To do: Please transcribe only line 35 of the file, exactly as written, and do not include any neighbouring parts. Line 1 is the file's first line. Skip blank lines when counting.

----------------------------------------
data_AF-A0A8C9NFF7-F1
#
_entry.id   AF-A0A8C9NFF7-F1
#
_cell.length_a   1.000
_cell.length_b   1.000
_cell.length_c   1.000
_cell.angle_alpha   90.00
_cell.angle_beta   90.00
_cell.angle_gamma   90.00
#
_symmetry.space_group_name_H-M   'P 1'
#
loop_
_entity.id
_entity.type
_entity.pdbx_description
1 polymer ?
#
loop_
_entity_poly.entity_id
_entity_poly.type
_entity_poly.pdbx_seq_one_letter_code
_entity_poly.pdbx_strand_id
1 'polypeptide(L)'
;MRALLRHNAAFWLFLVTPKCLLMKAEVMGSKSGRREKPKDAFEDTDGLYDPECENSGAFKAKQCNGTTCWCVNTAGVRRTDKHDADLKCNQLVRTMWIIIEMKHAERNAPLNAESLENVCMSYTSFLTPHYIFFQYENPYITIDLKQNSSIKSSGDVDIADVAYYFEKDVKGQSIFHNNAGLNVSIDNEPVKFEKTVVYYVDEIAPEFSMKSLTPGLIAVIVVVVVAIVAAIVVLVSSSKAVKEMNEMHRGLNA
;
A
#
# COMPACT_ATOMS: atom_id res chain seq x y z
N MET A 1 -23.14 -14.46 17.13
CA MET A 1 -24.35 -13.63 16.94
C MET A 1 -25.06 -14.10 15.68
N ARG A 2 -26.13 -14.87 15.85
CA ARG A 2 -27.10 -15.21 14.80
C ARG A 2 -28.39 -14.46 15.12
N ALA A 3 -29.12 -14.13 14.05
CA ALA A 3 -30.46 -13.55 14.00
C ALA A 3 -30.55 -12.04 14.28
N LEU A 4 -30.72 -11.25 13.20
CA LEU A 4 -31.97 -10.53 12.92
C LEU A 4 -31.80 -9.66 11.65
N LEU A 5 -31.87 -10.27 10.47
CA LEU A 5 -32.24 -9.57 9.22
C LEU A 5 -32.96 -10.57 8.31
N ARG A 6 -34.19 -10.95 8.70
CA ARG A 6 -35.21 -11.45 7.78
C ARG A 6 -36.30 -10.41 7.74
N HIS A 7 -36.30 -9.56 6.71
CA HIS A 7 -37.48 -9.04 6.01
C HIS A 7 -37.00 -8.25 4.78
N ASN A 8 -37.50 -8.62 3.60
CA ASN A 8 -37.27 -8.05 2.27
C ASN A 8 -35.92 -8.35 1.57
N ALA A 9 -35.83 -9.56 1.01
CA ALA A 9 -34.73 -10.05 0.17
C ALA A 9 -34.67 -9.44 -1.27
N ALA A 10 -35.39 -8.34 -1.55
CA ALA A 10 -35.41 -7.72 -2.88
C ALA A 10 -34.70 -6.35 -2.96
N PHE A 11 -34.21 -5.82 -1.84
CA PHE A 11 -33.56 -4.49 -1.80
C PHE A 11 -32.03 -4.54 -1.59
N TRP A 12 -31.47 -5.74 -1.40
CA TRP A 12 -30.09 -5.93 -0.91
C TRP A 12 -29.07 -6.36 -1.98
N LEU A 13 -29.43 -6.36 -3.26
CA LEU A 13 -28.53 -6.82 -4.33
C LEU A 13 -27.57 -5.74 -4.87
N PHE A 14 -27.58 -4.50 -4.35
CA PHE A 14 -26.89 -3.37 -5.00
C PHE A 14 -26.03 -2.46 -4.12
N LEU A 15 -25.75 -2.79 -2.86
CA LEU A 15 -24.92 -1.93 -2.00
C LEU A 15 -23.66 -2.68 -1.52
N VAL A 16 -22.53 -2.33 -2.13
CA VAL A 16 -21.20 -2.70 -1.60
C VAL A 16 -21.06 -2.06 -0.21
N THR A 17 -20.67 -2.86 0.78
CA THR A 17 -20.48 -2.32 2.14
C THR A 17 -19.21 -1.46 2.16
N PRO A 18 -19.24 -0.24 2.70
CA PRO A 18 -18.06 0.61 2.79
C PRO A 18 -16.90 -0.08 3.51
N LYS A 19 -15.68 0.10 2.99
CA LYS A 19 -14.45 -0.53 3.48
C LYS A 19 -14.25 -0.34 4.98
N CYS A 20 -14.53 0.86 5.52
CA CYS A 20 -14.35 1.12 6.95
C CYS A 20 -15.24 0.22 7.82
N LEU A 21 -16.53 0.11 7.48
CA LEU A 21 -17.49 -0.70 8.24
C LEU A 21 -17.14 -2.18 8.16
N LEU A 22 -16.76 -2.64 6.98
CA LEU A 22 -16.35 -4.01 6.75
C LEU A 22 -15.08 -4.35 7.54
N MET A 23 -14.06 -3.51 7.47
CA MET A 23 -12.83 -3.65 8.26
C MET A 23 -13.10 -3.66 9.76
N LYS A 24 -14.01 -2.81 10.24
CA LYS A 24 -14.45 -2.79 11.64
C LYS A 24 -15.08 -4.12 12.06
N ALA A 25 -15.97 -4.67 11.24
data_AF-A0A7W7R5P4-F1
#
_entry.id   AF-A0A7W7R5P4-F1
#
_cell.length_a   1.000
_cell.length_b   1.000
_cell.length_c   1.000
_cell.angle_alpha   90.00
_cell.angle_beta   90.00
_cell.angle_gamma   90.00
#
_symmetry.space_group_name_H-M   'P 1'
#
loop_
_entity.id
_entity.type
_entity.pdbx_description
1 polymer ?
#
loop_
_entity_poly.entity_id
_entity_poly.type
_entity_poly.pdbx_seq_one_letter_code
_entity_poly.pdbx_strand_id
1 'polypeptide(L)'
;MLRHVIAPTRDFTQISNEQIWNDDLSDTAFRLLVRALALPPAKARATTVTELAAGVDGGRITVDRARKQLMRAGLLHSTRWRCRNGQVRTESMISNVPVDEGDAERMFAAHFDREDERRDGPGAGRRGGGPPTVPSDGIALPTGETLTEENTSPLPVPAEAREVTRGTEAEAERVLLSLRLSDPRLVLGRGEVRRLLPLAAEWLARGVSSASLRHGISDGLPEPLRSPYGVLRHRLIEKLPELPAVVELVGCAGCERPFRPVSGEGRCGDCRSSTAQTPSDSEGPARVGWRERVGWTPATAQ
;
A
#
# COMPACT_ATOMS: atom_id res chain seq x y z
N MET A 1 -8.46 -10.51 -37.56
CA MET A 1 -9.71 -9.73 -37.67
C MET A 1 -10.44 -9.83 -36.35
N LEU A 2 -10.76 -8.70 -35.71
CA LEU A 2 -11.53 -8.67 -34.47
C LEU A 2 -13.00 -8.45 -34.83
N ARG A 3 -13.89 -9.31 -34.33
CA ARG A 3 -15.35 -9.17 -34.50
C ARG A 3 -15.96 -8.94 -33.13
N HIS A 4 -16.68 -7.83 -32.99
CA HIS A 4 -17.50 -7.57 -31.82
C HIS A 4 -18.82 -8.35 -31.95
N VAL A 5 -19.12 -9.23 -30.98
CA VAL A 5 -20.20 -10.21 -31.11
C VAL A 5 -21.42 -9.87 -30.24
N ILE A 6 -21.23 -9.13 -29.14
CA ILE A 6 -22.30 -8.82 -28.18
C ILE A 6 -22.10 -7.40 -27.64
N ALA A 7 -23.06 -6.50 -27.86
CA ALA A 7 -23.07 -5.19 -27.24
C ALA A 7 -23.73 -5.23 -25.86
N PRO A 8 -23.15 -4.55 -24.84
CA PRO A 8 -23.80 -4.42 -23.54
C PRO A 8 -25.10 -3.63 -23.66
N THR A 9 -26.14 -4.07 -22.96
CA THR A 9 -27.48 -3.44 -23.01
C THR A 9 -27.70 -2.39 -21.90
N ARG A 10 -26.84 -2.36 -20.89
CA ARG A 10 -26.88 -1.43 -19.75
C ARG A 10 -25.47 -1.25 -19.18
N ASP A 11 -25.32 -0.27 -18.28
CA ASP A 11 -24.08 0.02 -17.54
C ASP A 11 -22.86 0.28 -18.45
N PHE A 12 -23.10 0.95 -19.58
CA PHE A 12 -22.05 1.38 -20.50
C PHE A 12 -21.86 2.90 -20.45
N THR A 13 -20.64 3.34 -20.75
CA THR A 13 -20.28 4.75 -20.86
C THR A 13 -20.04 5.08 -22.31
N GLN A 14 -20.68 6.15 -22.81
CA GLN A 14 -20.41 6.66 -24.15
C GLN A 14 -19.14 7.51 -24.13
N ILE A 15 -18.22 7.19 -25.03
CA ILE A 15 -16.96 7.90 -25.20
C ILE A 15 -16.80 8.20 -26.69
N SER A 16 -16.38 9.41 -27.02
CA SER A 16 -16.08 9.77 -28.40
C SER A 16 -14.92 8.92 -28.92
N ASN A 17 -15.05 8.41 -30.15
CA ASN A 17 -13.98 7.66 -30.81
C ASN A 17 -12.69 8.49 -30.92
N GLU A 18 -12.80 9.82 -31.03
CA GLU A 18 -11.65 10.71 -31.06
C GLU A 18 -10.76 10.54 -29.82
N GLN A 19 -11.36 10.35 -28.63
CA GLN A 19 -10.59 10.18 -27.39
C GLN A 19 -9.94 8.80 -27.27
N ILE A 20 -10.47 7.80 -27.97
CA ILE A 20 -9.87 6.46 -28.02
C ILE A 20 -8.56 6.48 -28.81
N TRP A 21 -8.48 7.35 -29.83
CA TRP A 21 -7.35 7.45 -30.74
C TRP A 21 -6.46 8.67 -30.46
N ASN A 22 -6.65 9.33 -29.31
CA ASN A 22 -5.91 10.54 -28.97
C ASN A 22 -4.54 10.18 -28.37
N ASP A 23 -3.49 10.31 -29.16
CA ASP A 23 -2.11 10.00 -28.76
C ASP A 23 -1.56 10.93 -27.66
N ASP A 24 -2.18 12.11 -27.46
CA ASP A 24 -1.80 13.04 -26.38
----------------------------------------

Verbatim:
CA ARG A 2 -27.10 -15.21 14.80